One traditional belief among Catholics in that time was that the souls of the those who died since the last All Hallows’ Day wandered the earth until the prayers of the living allowed them to enter the next world. All Hallows’ Eve became the last chance for the souls of the dead to punish their enemies and get revenge. In order to avoid being recognized, people would dress up in costumes and disguise themselves.

The origins of trick-or-treating may have come from the tradition of “souling” or sharing soul cakes, a small round cake filled with allspice, ginger or cinnamon. These soul cakes would be given to poor people or children who went around door-to-door collecting these cakes in exchange for praying for the dead.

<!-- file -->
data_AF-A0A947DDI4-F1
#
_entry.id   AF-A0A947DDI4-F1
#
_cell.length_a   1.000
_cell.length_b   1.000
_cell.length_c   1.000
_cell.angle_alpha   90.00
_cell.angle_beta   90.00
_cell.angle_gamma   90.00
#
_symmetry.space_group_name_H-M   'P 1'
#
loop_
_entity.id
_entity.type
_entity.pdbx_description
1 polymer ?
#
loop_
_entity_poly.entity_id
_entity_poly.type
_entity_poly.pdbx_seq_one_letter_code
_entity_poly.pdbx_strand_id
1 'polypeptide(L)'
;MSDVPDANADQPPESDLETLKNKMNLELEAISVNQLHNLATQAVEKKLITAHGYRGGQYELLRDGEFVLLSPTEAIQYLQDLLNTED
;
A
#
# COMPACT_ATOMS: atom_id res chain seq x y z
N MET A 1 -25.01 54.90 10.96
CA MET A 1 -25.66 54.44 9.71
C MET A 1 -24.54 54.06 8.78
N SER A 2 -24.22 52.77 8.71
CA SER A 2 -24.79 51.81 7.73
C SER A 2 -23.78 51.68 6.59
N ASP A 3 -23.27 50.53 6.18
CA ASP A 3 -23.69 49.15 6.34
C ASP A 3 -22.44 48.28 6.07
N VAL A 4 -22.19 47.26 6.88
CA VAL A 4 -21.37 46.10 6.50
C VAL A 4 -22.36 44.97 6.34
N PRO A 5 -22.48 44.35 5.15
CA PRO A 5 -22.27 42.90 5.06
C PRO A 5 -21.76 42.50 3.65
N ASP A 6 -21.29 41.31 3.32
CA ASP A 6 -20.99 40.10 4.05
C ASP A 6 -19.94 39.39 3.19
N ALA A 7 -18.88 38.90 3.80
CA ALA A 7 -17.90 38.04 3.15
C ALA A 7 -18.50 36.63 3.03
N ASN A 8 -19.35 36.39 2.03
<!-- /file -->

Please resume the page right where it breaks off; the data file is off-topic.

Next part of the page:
Whatever the true origins of our modern day Halloween celebrations may be, October 31 has been a special day, especially among European cultures, for many centuries.

- Melanie Pfaeffli

5 Places on Brock’s Campus that are right out of a horror flick

Brock students have the privilege of a beautiful campus that is generally very aesthetically pleasing. However, there are also some terrifying locations that could provide the perfect set for the next big horror flick.

A fun fact about Brock is that it was built in 1964, the same year in which American Horror Story: Asylum is set, meaning that many of these locations were built in the same year as the terrifying events of Briarcliff Manor. This is a fun thing to think about when walking through the following locations alone late at night.